The Encyclopedia of Life has finally moved past the preview stage.
Good luck at trying to access the page. It's been very slow today, the server no doubt reeling under the load of people who have been eagerly awaiting it.
This particular database spring from a TED prize for biologist E.O. Wilson, shown below.
Not to belittle Wilson's enormous contribution for this project, but I do need to say that kind of project has been on the minds of a lot of people for a long time. There are various taxonomic databases out there. The Tree of Life was probably the first major one, and Wikispecies is another. And those projects have been very valuable, but I think it's fair to say they haven't revolutionized the science the way that GenBank did for DNA or that Wikipedia did for general knowledge.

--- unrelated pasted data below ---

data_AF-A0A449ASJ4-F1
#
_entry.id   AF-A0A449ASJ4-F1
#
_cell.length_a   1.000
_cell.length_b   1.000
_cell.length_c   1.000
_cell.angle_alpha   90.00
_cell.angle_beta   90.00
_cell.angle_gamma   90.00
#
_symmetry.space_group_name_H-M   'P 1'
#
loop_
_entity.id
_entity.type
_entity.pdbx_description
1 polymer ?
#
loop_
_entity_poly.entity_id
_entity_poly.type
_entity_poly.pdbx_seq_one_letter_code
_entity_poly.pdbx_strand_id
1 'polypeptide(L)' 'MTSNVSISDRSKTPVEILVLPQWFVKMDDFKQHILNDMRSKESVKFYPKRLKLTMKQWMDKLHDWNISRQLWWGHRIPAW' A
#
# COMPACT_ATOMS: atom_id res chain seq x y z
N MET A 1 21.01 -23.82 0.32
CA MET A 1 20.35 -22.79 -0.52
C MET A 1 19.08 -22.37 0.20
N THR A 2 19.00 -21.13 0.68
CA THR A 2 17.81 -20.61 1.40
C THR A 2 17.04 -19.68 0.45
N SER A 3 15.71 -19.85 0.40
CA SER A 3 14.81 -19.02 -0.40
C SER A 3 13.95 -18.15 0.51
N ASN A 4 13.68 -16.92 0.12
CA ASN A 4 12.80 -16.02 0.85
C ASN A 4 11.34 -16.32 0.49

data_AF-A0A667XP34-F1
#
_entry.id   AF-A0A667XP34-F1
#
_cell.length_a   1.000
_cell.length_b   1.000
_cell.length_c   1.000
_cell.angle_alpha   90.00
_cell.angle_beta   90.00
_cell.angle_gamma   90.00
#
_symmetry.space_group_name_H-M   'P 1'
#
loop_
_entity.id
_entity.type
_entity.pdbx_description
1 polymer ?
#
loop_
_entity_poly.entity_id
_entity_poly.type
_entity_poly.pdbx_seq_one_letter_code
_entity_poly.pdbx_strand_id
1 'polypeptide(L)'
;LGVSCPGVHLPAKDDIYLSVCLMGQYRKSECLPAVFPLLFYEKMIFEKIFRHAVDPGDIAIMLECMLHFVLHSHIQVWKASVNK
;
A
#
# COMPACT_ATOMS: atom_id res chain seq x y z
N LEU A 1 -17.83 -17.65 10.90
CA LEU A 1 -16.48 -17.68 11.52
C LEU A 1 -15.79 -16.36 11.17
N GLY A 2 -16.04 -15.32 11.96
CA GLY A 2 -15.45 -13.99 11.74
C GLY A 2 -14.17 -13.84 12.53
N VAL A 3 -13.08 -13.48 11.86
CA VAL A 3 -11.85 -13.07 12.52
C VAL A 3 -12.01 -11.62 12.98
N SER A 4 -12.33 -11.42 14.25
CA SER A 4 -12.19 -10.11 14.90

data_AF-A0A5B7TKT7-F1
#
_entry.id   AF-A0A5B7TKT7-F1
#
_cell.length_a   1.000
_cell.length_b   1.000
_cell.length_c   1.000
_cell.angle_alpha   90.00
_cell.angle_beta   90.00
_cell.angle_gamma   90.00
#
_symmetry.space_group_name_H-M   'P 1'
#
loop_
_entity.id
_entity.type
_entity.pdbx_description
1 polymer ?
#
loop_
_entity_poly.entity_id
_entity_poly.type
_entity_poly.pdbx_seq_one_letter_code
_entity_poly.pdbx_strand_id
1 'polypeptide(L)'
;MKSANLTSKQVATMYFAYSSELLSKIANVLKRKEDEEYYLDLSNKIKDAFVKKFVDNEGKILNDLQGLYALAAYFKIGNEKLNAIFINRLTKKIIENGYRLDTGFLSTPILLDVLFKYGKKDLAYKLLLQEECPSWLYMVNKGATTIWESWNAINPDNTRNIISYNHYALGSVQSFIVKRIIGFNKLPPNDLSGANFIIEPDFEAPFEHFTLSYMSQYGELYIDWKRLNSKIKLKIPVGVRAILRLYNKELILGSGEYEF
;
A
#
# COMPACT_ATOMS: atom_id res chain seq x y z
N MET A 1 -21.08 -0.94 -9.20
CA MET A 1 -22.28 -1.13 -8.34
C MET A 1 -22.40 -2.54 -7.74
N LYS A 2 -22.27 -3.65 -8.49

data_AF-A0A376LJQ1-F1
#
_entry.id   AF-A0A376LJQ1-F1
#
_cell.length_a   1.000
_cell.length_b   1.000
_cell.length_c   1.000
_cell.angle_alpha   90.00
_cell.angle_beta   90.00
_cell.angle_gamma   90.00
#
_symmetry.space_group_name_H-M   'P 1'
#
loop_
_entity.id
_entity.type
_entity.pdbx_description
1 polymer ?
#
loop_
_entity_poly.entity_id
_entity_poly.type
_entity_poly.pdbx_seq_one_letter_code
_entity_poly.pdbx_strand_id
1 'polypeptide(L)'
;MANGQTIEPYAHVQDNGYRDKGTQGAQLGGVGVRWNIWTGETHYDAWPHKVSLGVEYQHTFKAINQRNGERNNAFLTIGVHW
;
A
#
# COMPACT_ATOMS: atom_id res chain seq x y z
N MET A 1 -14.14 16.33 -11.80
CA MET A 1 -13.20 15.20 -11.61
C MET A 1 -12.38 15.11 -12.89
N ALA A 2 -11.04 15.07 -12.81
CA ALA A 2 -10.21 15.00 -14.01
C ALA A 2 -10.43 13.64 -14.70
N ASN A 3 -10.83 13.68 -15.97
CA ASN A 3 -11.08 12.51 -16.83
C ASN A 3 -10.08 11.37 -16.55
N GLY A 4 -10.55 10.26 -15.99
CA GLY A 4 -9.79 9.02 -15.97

Hopefully, Encyclopedia of Life can be that transformative resource.
It's interesting to compare how different databases look. Let's take spiny sand crabs, Blepharipoda occidentalis, the main species I work with for my doctorate. In Tree of Life, there isn't a listing for the species or even the genus. Just a species name in Wikispecies. Like the Tree of Life, I can't even get close to "my" sand crab species in the Encyclopedia of Life yet, but I think you get a sense of the ambitious nature of these projects.